Drought in Urban Water Systems: Learning Lessons for Climate Adaptive Capacity

Climate Risk Management
November 2018, DOI: 10.1016/j.crm.2018.11.001

by Lisa Dilling, Meaghan Daly, Douglas Kenney, Roberta Klein, Kathleen Miller, Andrea Ray, William Travis, and Olga Wilhelmi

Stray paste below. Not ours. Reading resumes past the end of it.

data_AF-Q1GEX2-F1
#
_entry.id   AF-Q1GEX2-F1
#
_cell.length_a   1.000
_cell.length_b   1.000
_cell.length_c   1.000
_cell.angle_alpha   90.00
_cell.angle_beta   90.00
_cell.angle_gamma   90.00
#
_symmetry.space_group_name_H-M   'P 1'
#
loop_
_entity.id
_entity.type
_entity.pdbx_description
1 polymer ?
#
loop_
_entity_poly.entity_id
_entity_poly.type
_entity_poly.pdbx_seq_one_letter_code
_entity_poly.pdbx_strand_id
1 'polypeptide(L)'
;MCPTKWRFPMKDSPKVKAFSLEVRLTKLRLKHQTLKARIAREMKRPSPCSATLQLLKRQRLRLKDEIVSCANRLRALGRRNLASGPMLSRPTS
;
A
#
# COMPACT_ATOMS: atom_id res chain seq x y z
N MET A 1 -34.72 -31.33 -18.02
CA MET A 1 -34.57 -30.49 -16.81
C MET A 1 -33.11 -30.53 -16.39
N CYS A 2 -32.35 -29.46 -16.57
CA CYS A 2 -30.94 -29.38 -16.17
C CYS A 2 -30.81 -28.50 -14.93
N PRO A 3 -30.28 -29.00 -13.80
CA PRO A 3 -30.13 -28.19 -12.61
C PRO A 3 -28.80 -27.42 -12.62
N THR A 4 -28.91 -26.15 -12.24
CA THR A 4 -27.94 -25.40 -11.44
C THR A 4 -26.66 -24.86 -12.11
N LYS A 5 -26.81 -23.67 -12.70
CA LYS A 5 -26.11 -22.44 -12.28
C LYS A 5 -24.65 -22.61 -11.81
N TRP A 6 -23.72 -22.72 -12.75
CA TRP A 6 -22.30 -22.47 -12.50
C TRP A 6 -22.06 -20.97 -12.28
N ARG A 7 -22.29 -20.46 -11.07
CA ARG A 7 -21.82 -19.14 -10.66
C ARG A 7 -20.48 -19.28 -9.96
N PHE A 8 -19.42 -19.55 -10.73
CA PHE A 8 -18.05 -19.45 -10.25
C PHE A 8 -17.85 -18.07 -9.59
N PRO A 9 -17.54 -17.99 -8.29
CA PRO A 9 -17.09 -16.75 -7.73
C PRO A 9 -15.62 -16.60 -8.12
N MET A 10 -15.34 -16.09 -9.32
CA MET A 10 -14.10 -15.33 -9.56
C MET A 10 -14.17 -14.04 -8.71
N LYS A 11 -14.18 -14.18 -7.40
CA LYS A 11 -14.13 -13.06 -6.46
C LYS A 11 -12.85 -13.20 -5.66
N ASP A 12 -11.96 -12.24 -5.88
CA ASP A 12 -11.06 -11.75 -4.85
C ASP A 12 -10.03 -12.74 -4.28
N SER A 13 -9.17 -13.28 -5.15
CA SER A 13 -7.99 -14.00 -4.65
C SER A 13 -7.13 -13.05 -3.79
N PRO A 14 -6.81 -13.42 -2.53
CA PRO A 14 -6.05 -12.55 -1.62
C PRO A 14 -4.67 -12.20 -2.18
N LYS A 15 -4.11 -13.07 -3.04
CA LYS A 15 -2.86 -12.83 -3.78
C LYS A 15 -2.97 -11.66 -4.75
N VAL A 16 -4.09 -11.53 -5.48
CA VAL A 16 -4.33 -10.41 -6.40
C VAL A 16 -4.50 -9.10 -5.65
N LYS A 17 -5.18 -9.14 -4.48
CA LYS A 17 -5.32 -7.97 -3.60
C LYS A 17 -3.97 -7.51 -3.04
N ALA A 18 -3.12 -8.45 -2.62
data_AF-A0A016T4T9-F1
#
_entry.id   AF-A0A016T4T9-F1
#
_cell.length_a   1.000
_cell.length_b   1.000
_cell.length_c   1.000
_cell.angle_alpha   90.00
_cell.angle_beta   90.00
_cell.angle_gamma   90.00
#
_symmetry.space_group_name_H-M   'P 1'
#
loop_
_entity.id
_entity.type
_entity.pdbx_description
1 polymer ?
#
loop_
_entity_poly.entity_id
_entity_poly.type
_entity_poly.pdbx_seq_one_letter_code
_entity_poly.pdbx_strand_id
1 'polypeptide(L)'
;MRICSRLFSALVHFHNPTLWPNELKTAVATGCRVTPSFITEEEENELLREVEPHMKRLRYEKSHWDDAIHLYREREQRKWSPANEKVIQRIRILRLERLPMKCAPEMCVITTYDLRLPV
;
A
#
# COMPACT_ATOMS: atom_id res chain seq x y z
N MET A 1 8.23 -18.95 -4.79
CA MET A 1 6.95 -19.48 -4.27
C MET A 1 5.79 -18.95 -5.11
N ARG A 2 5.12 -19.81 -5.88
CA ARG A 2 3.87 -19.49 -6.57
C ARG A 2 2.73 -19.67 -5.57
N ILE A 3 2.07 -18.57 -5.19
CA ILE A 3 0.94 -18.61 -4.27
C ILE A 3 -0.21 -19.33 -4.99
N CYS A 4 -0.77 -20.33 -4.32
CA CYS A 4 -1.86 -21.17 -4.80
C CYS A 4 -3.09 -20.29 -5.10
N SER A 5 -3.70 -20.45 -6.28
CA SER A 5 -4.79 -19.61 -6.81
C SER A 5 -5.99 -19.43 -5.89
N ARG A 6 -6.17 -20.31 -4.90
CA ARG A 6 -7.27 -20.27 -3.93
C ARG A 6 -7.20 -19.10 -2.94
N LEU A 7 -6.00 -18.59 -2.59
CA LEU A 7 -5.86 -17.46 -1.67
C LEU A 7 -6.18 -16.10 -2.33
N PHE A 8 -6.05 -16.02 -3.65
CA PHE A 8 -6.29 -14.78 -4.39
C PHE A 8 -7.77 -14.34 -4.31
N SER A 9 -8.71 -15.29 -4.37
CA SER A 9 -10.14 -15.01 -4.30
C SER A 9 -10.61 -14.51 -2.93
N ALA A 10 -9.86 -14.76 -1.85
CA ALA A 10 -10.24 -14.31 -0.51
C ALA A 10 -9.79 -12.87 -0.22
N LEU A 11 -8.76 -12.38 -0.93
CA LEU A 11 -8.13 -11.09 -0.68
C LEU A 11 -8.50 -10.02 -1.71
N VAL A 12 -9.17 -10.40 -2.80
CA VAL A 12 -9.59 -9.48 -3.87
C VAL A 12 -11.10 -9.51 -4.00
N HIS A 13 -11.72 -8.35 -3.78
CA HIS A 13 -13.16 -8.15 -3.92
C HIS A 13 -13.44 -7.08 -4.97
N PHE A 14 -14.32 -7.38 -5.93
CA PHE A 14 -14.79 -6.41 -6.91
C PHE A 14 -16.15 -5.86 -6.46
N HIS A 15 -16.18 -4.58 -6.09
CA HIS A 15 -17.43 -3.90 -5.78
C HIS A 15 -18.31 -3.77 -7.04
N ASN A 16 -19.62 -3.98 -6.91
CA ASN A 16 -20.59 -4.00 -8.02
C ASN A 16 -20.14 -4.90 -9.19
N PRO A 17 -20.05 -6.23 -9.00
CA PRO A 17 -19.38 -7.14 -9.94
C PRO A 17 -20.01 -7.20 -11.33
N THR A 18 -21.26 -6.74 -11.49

Abstract: In this paper we examine current policies to combat drought in urban areas in the United States to illuminate lessons learned for building climate adaptive capacity. We conducted interviews with practitioners involved in drought management at urban water utilities across the U.S. to understand: 1) both short- and long-term actions taken in response to drought; 2) perceptions of what constitutes an ‘effective’ drought response and whether and how this was measured; and 3) limitations to drought response. We apply criteria from a theoretical framing of adaptive capacity and then ‘reason by analogy’ to understand how adaptive capacity may be built or constrained in the future by such responses, including how future actions may be otherwise limited by political, social, physical and other factors. We find that drought responses overall are seen as successful in reducing water demand and helping to maintain system reliability, but can also reduce flexibility and introduce other limitations. Public perception, the multi-purpose nature of water, revenue structures, expectations and other social factors play a dominant role in constraining drought response options. We also find that some urban water utilities face challenges in measuring the effectiveness of demand reduction strategies because it can be difficult to attribute water savings, especially those related to outdoor water use. The limitations in drought policies experienced by urban utilities offer important lessons for the ability of systems to innovate toward more sustainable water systems for the future.

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